The new study will change our understanding of human diets because it differs fundamentally from how most nutrition studies are conducted, says Diana Thomas, professor of mathematics at the US Military Academy at West Point, who is involved in the research. Nutrition scientists generally examine a single nutrient in a homogenous population, inquiring, for example, whether blueberries lower the risk of cardiovascular disease in Americans (the answer to this still remains to be seen). unclear). In this study, she says, we didn’t start with a hypothesis, but rather “we wonder, what are the factors involved?”
The goal is to tease out the many variables that influence dietary responses and to develop algorithms that predict them, allowing dietitians to provide dietary advice to others with similar characteristics.
Das says making more targeted recommendations is critical to improving public health. The current approach has led many people to adjust expert nutritional advice, whether because the advice changes frequently (Traditional paradigm: eggs bad; Eggs are good) or because they tried a recommended way of eating and found it wasn’t ideal for them. “Exact nutrition will allow us to do better than the advice of a one-size-fits-all diet, which is the Mediterranean diet. Alternatively, we might say, ‘If you have certain ethnicities, characteristics, and physical responses to foods, this diet may be more appropriate. This is the step we are approaching.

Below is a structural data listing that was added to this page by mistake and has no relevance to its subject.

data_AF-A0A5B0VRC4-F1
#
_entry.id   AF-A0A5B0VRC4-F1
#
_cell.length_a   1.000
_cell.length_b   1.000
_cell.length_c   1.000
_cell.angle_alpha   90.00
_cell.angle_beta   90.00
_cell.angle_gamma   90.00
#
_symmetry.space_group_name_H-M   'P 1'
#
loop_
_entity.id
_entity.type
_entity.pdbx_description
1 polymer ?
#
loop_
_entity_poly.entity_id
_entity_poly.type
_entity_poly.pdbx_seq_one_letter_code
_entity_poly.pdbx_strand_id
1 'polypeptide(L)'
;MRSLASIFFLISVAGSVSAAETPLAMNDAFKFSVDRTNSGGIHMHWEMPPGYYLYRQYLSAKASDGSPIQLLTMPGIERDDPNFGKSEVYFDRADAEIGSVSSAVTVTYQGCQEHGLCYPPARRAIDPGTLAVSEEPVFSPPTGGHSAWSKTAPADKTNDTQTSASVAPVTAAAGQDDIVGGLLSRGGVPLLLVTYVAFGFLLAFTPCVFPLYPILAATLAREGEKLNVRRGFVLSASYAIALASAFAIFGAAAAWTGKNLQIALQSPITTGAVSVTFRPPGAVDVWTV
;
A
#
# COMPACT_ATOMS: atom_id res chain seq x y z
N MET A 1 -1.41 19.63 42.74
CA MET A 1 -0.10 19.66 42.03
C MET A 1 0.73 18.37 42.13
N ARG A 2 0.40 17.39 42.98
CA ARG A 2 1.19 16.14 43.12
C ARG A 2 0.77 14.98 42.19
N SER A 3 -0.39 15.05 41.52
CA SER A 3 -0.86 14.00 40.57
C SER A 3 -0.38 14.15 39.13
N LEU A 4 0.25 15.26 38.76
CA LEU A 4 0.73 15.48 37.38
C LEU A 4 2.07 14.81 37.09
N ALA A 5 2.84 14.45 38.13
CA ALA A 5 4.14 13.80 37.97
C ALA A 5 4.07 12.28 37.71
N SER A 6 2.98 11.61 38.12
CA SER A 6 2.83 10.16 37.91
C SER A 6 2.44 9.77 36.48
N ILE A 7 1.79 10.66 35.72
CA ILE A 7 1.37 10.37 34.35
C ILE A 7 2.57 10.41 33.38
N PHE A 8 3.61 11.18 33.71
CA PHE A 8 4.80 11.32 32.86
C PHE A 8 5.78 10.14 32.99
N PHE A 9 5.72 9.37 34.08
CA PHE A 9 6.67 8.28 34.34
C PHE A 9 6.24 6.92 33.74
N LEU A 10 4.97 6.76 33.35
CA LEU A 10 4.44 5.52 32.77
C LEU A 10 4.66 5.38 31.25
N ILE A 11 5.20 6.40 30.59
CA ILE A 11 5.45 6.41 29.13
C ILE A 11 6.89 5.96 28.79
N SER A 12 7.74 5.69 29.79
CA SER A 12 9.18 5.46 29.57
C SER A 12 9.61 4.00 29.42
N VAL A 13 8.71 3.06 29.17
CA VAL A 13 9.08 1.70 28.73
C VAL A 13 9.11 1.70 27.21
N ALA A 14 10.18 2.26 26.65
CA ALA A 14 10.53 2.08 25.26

Das cautions that the new advice derived from the research will not reach the level of the individual, which is why experts prefer the term micronutrition over another widely used term, personalized nutrition.
The study will focus on eating for optimal health rather than weight loss, but the two go hand in hand, Das says. “We don’t do calorie-restricted diets, but I think the response in terms of trying to improve metabolism will help with weight management as well.”
Genes versus the microbiome
Several decades of research has yielded clues about what constitutes public health.
One of these factors is genetics. The field was previously called nutritional genomics, but the field fell out of favor when it became clear that genes play a less prominent role in how the body responds to food than first thought, says Jose Ordovas, director of nutrition and genomics at Tufts University.